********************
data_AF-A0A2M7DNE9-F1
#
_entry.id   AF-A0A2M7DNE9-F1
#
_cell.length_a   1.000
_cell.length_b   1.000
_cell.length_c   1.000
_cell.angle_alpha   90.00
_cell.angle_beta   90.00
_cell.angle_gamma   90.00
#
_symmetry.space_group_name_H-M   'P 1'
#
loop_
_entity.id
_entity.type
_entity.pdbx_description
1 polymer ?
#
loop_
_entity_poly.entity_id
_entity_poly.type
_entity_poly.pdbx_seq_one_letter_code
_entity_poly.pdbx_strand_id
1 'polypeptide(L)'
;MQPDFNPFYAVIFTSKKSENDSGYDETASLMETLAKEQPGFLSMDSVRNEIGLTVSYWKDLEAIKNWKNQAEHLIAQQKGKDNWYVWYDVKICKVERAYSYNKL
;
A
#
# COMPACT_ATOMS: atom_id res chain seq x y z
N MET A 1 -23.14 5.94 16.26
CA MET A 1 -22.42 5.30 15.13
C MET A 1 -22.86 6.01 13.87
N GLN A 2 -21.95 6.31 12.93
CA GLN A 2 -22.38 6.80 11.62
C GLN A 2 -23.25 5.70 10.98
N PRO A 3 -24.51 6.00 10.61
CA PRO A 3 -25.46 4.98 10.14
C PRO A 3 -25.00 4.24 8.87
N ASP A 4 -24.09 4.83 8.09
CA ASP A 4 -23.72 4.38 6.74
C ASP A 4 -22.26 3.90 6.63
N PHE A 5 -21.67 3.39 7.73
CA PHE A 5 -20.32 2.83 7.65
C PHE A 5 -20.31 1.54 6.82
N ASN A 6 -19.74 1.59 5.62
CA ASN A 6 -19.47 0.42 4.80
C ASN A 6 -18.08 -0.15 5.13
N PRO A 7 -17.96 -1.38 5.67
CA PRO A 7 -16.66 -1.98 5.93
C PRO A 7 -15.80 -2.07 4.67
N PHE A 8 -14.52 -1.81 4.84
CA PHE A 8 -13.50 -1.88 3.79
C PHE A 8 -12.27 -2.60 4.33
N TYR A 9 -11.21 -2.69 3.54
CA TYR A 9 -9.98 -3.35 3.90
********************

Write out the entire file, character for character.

data_AF-A0A2M7DNE9-F1
#
_entry.id   AF-A0A2M7DNE9-F1
#
_cell.length_a   1.000
_cell.length_b   1.000
_cell.length_c   1.000
_cell.angle_alpha   90.00
_cell.angle_beta   90.00
_cell.angle_gamma   90.00
#
_symmetry.space_group_name_H-M   'P 1'
#
loop_
_entity.id
_entity.type
_entity.pdbx_description
1 polymer ?
#
loop_
_entity_poly.entity_id
_entity_poly.type
_entity_poly.pdbx_seq_one_letter_code
_entity_poly.pdbx_strand_id
1 'polypeptide(L)'
;MQPDFNPFYAVIFTSKKSENDSGYDETASLMETLAKEQPGFLSMDSVRNEIGLTVSYWKDLEAIKNWKNQAEHLIAQQKGKDNWYVWYDVKICKVERAYSYNKL
;
A
#
# COMPACT_ATOMS: atom_id res chain seq x y z
N MET A 1 -23.14 5.94 16.26
CA MET A 1 -22.42 5.30 15.13
C MET A 1 -22.86 6.01 13.87
N GLN A 2 -21.95 6.31 12.93
CA GLN A 2 -22.38 6.80 11.62
C GLN A 2 -23.25 5.70 10.98
N PRO A 3 -24.51 6.00 10.61
CA PRO A 3 -25.46 4.98 10.14
C PRO A 3 -25.00 4.24 8.87
N ASP A 4 -24.09 4.83 8.09
CA ASP A 4 -23.72 4.38 6.74
C ASP A 4 -22.26 3.90 6.63
N PHE A 5 -21.67 3.39 7.73
CA PHE A 5 -20.32 2.83 7.65
C PHE A 5 -20.31 1.54 6.82
N ASN A 6 -19.74 1.59 5.62
CA ASN A 6 -19.47 0.42 4.80
C ASN A 6 -18.08 -0.15 5.13
N PRO A 7 -17.96 -1.38 5.67
CA PRO A 7 -16.66 -1.98 5.93
C PRO A 7 -15.80 -2.07 4.67
N PHE A 8 -14.52 -1.81 4.84
CA PHE A 8 -13.50 -1.88 3.79
C PHE A 8 -12.27 -2.60 4.33
N TYR A 9 -11.21 -2.69 3.54
CA TYR A 9 -9.98 -3.35 3.90